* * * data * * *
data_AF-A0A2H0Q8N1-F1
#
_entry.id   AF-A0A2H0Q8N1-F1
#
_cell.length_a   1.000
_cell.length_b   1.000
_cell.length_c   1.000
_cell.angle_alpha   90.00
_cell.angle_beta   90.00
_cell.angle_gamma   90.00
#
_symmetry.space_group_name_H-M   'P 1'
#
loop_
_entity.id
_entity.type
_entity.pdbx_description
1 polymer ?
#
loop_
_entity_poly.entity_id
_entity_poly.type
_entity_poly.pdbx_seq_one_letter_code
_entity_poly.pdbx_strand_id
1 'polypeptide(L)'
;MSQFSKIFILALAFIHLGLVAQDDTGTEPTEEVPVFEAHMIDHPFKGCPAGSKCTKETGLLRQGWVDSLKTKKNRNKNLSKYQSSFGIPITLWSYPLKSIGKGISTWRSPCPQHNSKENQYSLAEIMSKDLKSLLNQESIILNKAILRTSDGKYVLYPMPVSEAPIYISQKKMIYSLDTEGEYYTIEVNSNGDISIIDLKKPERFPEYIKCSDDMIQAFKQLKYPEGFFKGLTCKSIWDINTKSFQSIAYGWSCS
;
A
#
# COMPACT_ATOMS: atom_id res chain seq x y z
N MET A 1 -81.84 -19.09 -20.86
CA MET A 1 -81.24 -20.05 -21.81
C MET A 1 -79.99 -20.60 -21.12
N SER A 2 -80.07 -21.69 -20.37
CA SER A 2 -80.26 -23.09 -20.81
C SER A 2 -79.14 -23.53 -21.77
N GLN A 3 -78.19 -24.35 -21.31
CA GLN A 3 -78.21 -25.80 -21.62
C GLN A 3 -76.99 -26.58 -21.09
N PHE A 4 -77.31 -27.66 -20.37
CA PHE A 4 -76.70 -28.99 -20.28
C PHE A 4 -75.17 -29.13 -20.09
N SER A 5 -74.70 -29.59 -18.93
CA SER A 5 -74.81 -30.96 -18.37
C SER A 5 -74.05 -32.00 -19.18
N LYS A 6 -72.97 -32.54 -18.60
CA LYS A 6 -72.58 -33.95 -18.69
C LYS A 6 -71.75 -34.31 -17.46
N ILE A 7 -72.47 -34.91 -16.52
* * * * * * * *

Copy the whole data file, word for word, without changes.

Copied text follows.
data_AF-A0A2H0Q8N1-F1
#
_entry.id   AF-A0A2H0Q8N1-F1
#
_cell.length_a   1.000
_cell.length_b   1.000
_cell.length_c   1.000
_cell.angle_alpha   90.00
_cell.angle_beta   90.00
_cell.angle_gamma   90.00
#
_symmetry.space_group_name_H-M   'P 1'
#
loop_
_entity.id
_entity.type
_entity.pdbx_description
1 polymer ?
#
loop_
_entity_poly.entity_id
_entity_poly.type
_entity_poly.pdbx_seq_one_letter_code
_entity_poly.pdbx_strand_id
1 'polypeptide(L)'
;MSQFSKIFILALAFIHLGLVAQDDTGTEPTEEVPVFEAHMIDHPFKGCPAGSKCTKETGLLRQGWVDSLKTKKNRNKNLSKYQSSFGIPITLWSYPLKSIGKGISTWRSPCPQHNSKENQYSLAEIMSKDLKSLLNQESIILNKAILRTSDGKYVLYPMPVSEAPIYISQKKMIYSLDTEGEYYTIEVNSNGDISIIDLKKPERFPEYIKCSDDMIQAFKQLKYPEGFFKGLTCKSIWDINTKSFQSIAYGWSCS
;
A
#
# COMPACT_ATOMS: atom_id res chain seq x y z
N MET A 1 -81.84 -19.09 -20.86
CA MET A 1 -81.24 -20.05 -21.81
C MET A 1 -79.99 -20.60 -21.12
N SER A 2 -80.07 -21.69 -20.37
CA SER A 2 -80.26 -23.09 -20.81
C SER A 2 -79.14 -23.53 -21.77
N GLN A 3 -78.19 -24.35 -21.31
CA GLN A 3 -78.21 -25.80 -21.62
C GLN A 3 -76.99 -26.58 -21.09
N PHE A 4 -77.31 -27.66 -20.37
CA PHE A 4 -76.70 -28.99 -20.28
C PHE A 4 -75.17 -29.13 -20.09
N SER A 5 -74.70 -29.59 -18.93
CA SER A 5 -74.81 -30.96 -18.37
C SER A 5 -74.05 -32.00 -19.18
N LYS A 6 -72.97 -32.54 -18.60
CA LYS A 6 -72.58 -33.95 -18.69
C LYS A 6 -71.75 -34.31 -17.46
N ILE A 7 -72.47 -34.91 -16.52